Provided herein are magnification systems of the moire type. The system can produce a stereoscopic moire magnification effect using a simple projection system described herein and subsequently referred to as an "image arc". The image arcs can be used to create low cost, optically variable structures for overt protection of products and documents, items for sale from counterfeiting, and a means to enhance the aesthetic value of the product.
The moire-type magnification system may comprise an array of surface relief microstructures for controlling light transmission and/or reflection for the purpose of projecting an image with stereoscopically perceived movement and depth. The array of surface relief microstructures may comprise a periodic array of microscale, three-dimensional image shapes. The image shapes in the array can exhibit periodic surface curvature across the array, resulting in a periodic array of image relief microstructures having periodic surface curvature with a periodicity related to the periodicity of the array of image relief microstructures. By spatially varying the scale, rotation and position of the periodic surface curvature relative to the periodic array of image relief microstructures, a moire amplifier arrangement is achieved that results from reflection of incident light impinging on an arcuate image generating surface of the image relief microstructures when viewed relative to featureless (e.g. planar) regions of the surface that provide contrasting light intensities.
The moire-type magnification system described herein may be configured to be reflective when a reflective material is used, transmissive when a light transmissive material is used, or in combination where the material allows reflection or transmission under different viewing conditions (e.g. with normal levels of ambient lighting). The magnified moir é image formed by the image arcs may exhibit dynamic movement caused by color variations in light intensity modulation and/or further variation.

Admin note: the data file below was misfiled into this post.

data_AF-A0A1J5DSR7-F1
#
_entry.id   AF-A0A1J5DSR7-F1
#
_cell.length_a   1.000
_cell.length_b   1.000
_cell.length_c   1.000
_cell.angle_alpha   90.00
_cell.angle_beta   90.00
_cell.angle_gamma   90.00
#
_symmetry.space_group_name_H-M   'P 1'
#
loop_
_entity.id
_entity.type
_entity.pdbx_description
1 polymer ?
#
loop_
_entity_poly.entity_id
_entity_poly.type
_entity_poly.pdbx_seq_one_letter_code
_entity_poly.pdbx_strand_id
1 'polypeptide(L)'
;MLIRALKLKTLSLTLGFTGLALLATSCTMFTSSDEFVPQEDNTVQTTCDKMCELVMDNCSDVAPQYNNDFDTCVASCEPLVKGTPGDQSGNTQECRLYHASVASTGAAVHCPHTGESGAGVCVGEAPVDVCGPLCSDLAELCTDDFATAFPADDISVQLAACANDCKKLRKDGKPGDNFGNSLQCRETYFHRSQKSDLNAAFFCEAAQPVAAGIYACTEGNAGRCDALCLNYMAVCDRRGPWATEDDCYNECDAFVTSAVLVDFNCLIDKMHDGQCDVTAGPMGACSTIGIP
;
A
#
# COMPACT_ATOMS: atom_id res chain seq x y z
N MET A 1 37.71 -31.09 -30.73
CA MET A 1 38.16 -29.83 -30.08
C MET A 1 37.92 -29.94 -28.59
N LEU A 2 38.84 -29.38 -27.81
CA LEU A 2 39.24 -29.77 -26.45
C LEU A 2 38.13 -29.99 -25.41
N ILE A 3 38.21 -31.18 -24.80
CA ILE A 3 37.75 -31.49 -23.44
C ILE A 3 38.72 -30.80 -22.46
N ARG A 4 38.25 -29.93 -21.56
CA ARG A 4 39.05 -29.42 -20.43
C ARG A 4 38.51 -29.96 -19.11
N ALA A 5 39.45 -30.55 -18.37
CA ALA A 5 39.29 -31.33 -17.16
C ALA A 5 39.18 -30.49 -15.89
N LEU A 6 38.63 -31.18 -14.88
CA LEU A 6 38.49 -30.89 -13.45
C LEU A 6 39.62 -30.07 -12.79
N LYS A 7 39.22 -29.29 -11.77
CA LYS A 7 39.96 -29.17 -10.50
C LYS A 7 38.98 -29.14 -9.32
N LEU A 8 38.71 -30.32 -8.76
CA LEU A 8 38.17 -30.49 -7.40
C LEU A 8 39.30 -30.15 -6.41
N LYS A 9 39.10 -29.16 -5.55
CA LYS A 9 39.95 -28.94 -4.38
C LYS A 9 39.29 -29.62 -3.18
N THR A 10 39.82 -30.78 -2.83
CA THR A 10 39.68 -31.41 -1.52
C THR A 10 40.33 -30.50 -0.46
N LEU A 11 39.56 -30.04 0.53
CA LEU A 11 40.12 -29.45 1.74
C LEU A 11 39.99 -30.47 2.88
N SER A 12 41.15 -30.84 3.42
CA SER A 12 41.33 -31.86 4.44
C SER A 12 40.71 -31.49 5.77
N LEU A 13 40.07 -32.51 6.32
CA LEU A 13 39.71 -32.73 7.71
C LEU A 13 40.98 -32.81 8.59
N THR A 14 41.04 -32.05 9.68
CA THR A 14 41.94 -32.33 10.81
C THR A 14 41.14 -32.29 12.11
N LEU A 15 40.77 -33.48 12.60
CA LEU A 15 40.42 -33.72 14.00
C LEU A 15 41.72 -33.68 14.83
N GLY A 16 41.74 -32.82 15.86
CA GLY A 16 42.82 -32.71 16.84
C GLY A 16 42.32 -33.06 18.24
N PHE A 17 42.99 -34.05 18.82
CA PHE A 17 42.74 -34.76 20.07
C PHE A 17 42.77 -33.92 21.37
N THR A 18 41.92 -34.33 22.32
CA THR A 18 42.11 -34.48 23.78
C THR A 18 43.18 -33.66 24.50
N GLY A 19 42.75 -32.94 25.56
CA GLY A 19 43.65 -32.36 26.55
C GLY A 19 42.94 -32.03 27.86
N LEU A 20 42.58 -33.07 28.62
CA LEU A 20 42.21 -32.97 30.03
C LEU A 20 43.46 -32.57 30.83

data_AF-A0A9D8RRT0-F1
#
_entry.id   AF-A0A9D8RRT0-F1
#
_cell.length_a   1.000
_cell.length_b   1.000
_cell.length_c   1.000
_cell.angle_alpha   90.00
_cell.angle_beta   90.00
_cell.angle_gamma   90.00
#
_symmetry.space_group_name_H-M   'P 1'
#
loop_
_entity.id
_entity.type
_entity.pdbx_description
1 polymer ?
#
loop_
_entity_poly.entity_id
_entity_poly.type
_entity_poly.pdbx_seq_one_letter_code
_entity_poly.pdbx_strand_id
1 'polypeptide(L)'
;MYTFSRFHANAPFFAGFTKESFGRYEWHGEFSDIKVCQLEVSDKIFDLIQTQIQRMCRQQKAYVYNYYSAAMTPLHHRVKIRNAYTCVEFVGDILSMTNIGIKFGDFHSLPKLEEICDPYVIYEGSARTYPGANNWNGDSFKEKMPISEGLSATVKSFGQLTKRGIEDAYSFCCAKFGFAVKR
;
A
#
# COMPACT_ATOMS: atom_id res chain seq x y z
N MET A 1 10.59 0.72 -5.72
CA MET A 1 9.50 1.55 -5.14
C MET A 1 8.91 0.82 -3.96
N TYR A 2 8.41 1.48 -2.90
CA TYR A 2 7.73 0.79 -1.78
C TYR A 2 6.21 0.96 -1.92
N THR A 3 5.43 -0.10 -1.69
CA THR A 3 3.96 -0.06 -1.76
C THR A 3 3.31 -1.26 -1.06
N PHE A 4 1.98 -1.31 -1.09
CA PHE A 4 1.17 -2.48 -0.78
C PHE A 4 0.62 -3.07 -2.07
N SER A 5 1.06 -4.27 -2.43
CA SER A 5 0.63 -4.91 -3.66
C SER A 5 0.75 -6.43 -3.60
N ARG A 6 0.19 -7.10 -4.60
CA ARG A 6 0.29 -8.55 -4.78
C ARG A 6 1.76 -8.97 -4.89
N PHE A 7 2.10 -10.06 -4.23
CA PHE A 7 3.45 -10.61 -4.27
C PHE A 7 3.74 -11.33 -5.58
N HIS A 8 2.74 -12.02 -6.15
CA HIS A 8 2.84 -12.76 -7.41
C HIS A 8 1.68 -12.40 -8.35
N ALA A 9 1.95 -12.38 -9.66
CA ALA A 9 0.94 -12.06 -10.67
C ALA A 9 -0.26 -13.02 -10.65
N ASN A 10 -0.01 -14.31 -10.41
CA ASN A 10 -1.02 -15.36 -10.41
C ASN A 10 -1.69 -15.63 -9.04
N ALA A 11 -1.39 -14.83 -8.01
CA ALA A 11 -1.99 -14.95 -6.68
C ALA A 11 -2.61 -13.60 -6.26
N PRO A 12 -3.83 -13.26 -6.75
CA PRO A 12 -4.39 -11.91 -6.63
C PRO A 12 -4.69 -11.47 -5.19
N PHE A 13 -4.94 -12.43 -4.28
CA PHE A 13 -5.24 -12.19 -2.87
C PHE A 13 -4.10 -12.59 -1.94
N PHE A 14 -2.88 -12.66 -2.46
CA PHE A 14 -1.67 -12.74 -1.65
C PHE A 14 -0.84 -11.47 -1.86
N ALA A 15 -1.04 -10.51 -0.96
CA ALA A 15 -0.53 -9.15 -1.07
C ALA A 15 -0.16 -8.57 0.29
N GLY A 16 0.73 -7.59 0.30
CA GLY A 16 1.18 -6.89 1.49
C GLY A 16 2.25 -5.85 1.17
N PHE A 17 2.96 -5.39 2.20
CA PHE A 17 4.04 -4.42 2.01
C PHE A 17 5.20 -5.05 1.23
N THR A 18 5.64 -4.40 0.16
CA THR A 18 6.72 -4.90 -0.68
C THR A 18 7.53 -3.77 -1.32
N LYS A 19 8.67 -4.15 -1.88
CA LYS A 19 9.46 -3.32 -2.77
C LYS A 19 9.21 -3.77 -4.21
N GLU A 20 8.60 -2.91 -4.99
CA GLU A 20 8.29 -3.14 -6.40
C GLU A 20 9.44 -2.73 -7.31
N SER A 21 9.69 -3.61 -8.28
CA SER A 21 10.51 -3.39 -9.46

Because the moire-type magnification system described herein is a single layer device, it can be low cost (e.g., fundamentally lower cost than other moire magnification devices). Cost is a serious limitation for many products that are mass-produced but require optically variable public authentication techniques. The lower price point after each step in the creation of the desired end product is an important consideration, especially for use with low cost items (e.g., banknotes, lottery tickets, etc.).
The image arcs may be formed in a single step, such as a single embossing, casting, molding or stamping. In many cases, the substrate on which the system will be located will have passed through a device capable of forming an image arc during the process in which it is generated. Thus, image arcs can easily be applied to such substrates by incorporating e.g. an embossing master having the necessary structure in an existing manufacturing process. This is in contrast to multilayer moir é structures. The multilayer moir structure cannot be formed on a substrate in a single step; rather they must be pre-manufactured using a multi-step process and applied to the article. The moire-type magnification systems described herein can also be fabricated with thinner cross-sections than multi-layer moire amplifiers, if desired, due to their 'single layer' design.
The production of the moire-type magnification system described herein requires only multilayer registration during initiation (e.g. during generation of the master) and not during manufacturing. Thus, more complex designs (e.g., whole image patterns) requiring precise registration alignment may be implemented without significantly increasing production difficulty and/or cost.
The moire-type magnification system described herein utilizes directional reflection or transmission from an arcuate image generating surface of an image relief microstructure to form a magnified moire image. As such, the system produces an angularly dependent moire magnification image from a single surface array. This is in contrast to multilayer moire structures, where the moire image is generated from a first array of images and refracted through a second, separate array of lenses. Similarly, the 'reflection mode' moir é magnifier also relies on two separate arrays (i.e. a reflective lens array and an image array).